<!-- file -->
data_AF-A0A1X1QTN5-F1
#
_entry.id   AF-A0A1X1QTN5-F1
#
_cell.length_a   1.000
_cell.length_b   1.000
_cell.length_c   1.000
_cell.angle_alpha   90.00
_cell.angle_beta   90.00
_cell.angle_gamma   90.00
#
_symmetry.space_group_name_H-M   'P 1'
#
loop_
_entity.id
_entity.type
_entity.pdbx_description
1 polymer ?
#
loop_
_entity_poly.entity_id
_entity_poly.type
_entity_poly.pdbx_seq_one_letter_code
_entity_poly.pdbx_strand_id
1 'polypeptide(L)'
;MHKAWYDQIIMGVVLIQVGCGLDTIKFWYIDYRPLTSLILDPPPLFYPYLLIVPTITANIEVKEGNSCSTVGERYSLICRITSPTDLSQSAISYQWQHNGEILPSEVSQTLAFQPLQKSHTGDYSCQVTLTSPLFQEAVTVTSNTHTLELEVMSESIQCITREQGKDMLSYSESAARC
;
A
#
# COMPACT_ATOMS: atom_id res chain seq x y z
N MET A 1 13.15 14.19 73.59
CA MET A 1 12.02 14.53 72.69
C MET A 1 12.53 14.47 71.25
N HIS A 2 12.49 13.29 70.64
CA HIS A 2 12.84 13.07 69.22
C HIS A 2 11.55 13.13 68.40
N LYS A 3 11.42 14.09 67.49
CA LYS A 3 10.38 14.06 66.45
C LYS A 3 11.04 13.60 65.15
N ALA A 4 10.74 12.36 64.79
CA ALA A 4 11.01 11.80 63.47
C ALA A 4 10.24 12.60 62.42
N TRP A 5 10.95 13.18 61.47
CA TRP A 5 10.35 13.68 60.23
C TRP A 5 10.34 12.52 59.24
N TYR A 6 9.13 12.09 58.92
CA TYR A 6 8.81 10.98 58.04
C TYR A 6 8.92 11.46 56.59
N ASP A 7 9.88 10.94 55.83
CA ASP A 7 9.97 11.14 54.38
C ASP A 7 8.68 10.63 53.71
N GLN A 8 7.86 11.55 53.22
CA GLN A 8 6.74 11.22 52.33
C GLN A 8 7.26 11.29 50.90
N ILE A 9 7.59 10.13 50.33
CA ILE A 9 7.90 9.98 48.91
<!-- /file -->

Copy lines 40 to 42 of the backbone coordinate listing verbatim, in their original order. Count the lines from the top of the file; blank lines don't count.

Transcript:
N ALA A 4 10.74 12.36 64.79
CA ALA A 4 11.01 11.80 63.47
C ALA A 4 10.24 12.60 62.42